• Metabolic syndrome – The combination of obesity, high blood pressure, and abnormal cholesterol levels associated with metabolic syndrome increases ED risk.
  • Parkinson’s disease – Men with Parkinson’s have 4 times higher odds of experiencing ED due to neurological deficits.
  • Multiple sclerosis – MS damages nerves involved in erections leading to ED in up to 80% of male patients.
  • Low testosterone – Insufficient testosterone production reduces sexual desire and functioning.

Psychological and social factors that can contribute to ED include:

  • Performance anxiety and stress
  • Depression
  • Poor body image or low self-esteem
  • Marital or relationship problems
  • The social stigma associated with aging
  • Prior problems with erections create a cycle of anxiety

In many cases of ED, both physiological and psychological components are involved. The good news is there are many effective treatment options available.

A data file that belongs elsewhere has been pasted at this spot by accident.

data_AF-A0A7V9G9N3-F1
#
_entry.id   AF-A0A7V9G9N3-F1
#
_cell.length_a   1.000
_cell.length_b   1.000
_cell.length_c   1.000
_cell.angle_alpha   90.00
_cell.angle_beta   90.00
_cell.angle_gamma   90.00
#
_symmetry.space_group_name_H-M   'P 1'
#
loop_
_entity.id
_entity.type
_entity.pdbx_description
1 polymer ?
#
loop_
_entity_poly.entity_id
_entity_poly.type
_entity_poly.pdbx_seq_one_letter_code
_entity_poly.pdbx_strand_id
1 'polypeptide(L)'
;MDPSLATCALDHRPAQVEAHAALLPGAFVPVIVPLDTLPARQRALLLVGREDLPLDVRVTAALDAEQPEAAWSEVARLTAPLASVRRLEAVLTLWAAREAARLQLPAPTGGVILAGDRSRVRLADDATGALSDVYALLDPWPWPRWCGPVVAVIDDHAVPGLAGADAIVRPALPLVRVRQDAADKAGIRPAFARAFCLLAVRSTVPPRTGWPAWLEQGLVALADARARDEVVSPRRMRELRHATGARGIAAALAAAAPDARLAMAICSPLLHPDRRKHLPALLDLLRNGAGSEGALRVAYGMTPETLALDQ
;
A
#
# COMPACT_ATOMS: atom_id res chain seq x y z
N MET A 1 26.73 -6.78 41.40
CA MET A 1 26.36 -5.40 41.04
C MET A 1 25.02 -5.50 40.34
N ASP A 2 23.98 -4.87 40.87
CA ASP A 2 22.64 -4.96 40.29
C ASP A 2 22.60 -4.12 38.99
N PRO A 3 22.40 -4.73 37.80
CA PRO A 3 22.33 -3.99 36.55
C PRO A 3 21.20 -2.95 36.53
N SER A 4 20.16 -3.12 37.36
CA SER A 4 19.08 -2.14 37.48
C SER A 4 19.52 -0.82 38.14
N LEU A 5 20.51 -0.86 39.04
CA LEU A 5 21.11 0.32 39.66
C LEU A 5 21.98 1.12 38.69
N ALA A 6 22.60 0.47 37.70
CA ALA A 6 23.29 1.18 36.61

Diagnosing the Cause of ED

Pinpointing the underlying reason for erectile dysfunction requires a trip to the doctor. Be prepared to answer questions about your medical history including:

  • Ongoing health issues
  • Prescription medications
  • Supplements and herbs you take
  • History of injuries, surgeries, or cancer treatment
  • Family history of ED
  • Alcohol, tobacco and substance use

Your doctor will also ask about the patterns of your erectile difficulties:

  • When issues began
  • Frequency of problems getting/sustaining erections
  • If issues occur with self-stimulation or only with a partner
  • Quality of erections – completely absent, not firm enough, lost during sex, etc.

A physical exam will check for genital issues like micropenis, Peyronie’s disease, or foreskin inflammation. Blood tests can assess for diabetes, cholesterol problems, low testosterone, and other conditions related to ED. Nocturnal penile tumescence testing can check for normal erections during sleep. Ultrasound, neurological tests, or vascular imaging may be used depending on suspected underlying causes.